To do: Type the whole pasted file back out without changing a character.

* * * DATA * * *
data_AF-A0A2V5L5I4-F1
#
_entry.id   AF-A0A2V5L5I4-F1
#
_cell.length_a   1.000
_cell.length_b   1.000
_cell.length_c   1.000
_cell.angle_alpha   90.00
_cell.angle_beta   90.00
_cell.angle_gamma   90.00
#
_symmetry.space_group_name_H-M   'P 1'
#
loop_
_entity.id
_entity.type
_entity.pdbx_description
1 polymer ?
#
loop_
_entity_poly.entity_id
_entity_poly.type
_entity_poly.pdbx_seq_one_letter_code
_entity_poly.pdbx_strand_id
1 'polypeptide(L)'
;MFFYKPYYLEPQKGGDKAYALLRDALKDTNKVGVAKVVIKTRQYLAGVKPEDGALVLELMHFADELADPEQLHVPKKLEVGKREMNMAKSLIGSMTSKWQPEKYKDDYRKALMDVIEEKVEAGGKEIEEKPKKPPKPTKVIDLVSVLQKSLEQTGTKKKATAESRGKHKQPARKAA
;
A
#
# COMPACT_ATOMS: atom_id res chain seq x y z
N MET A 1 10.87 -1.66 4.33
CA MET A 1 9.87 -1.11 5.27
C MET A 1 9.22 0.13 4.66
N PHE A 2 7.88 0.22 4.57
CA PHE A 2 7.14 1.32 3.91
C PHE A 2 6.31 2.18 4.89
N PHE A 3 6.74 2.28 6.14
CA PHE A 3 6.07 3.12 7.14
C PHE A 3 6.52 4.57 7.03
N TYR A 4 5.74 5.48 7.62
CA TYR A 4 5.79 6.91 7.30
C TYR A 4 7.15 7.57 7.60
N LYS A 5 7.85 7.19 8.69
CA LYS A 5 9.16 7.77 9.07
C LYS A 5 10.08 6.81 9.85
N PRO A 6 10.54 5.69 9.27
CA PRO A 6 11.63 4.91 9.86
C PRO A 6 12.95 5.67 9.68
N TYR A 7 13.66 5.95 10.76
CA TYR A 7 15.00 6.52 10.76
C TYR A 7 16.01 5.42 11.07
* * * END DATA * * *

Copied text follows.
data_AF-A0A2V5L5I4-F1
#
_entry.id   AF-A0A2V5L5I4-F1
#
_cell.length_a   1.000
_cell.length_b   1.000
_cell.length_c   1.000
_cell.angle_alpha   90.00
_cell.angle_beta   90.00
_cell.angle_gamma   90.00
#
_symmetry.space_group_name_H-M   'P 1'
#
loop_
_entity.id
_entity.type
_entity.pdbx_description
1 polymer ?
#
loop_
_entity_poly.entity_id
_entity_poly.type
_entity_poly.pdbx_seq_one_letter_code
_entity_poly.pdbx_strand_id
1 'polypeptide(L)'
;MFFYKPYYLEPQKGGDKAYALLRDALKDTNKVGVAKVVIKTRQYLAGVKPEDGALVLELMHFADELADPEQLHVPKKLEVGKREMNMAKSLIGSMTSKWQPEKYKDDYRKALMDVIEEKVEAGGKEIEEKPKKPPKPTKVIDLVSVLQKSLEQTGTKKKATAESRGKHKQPARKAA
;
A
#
# COMPACT_ATOMS: atom_id res chain seq x y z
N MET A 1 10.87 -1.66 4.33
CA MET A 1 9.87 -1.11 5.27
C MET A 1 9.22 0.13 4.66
N PHE A 2 7.88 0.22 4.57
CA PHE A 2 7.14 1.32 3.91
C PHE A 2 6.31 2.18 4.89
N PHE A 3 6.74 2.28 6.14
CA PHE A 3 6.07 3.12 7.14
C PHE A 3 6.52 4.57 7.03
N TYR A 4 5.74 5.48 7.62
CA TYR A 4 5.79 6.91 7.30
C TYR A 4 7.15 7.57 7.60
N LYS A 5 7.85 7.19 8.69
CA LYS A 5 9.16 7.77 9.07
C LYS A 5 10.08 6.81 9.85
N PRO A 6 10.54 5.69 9.27
CA PRO A 6 11.63 4.91 9.86
C PRO A 6 12.95 5.67 9.68
N TYR A 7 13.66 5.95 10.76
CA TYR A 7 15.00 6.52 10.76
C TYR A 7 16.01 5.42 11.07